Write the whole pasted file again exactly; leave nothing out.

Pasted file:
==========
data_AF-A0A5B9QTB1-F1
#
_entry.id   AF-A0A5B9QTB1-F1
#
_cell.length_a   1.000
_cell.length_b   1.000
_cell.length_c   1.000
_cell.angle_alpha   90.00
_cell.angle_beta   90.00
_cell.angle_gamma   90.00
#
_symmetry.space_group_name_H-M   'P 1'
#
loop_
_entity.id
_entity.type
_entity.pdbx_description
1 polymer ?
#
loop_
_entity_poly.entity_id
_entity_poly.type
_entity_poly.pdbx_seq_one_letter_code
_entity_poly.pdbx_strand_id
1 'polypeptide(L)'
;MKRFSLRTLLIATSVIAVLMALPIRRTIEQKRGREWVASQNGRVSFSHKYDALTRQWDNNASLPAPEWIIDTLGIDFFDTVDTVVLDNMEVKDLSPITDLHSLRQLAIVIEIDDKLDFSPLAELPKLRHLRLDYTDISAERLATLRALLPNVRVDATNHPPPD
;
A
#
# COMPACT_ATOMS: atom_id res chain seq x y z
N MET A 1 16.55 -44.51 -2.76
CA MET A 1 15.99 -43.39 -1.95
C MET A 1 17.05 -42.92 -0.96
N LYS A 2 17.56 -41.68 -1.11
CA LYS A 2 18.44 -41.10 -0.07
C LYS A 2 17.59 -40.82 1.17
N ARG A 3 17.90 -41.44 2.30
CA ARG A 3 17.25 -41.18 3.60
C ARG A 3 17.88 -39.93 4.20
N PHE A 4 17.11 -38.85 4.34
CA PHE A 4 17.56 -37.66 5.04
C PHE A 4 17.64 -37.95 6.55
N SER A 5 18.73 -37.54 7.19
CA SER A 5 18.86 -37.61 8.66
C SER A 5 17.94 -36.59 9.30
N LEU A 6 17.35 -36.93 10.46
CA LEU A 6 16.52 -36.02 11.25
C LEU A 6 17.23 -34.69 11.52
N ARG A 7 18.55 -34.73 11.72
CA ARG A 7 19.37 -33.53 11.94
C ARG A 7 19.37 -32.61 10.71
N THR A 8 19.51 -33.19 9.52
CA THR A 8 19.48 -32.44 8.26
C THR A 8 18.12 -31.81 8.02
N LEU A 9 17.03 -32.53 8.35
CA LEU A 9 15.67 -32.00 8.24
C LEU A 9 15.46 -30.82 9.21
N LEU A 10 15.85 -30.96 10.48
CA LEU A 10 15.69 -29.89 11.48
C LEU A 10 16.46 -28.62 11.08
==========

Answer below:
data_AF-A0A5B9QTB1-F1
#
_entry.id   AF-A0A5B9QTB1-F1
#
_cell.length_a   1.000
_cell.length_b   1.000
_cell.length_c   1.000
_cell.angle_alpha   90.00
_cell.angle_beta   90.00
_cell.angle_gamma   90.00
#
_symmetry.space_group_name_H-M   'P 1'
#
loop_
_entity.id
_entity.type
_entity.pdbx_description
1 polymer ?
#
loop_
_entity_poly.entity_id
_entity_poly.type
_entity_poly.pdbx_seq_one_letter_code
_entity_poly.pdbx_strand_id
1 'polypeptide(L)'
;MKRFSLRTLLIATSVIAVLMALPIRRTIEQKRGREWVASQNGRVSFSHKYDALTRQWDNNASLPAPEWIIDTLGIDFFDTVDTVVLDNMEVKDLSPITDLHSLRQLAIVIEIDDKLDFSPLAELPKLRHLRLDYTDISAERLATLRALLPNVRVDATNHPPPD
;
A
#
# COMPACT_ATOMS: atom_id res chain seq x y z
N MET A 1 16.55 -44.51 -2.76
CA MET A 1 15.99 -43.39 -1.95
C MET A 1 17.05 -42.92 -0.96
N LYS A 2 17.56 -41.68 -1.11
CA LYS A 2 18.44 -41.10 -0.07
C LYS A 2 17.59 -40.82 1.17
N ARG A 3 17.90 -41.44 2.30
CA ARG A 3 17.25 -41.18 3.60
C ARG A 3 17.88 -39.93 4.20
N PHE A 4 17.11 -38.85 4.34
CA PHE A 4 17.56 -37.66 5.04
C PHE A 4 17.64 -37.95 6.55
N SER A 5 18.73 -37.54 7.19
CA SER A 5 18.86 -37.61 8.66
C SER A 5 17.94 -36.59 9.30
N LEU A 6 17.35 -36.93 10.46
CA LEU A 6 16.52 -36.02 11.25
C LEU A 6 17.23 -34.69 11.52
N ARG A 7 18.55 -34.73 11.72
CA ARG A 7 19.37 -33.53 11.94
C ARG A 7 19.37 -32.61 10.71
N THR A 8 19.51 -33.19 9.52
CA THR A 8 19.48 -32.44 8.26
C THR A 8 18.12 -31.81 8.02
N LEU A 9 17.03 -32.53 8.35
CA LEU A 9 15.67 -32.00 8.24
C LEU A 9 15.46 -30.82 9.21
N LEU A 10 15.85 -30.96 10.48
CA LEU A 10 15.69 -29.89 11.48
C LEU A 10 16.46 -28.62 11.08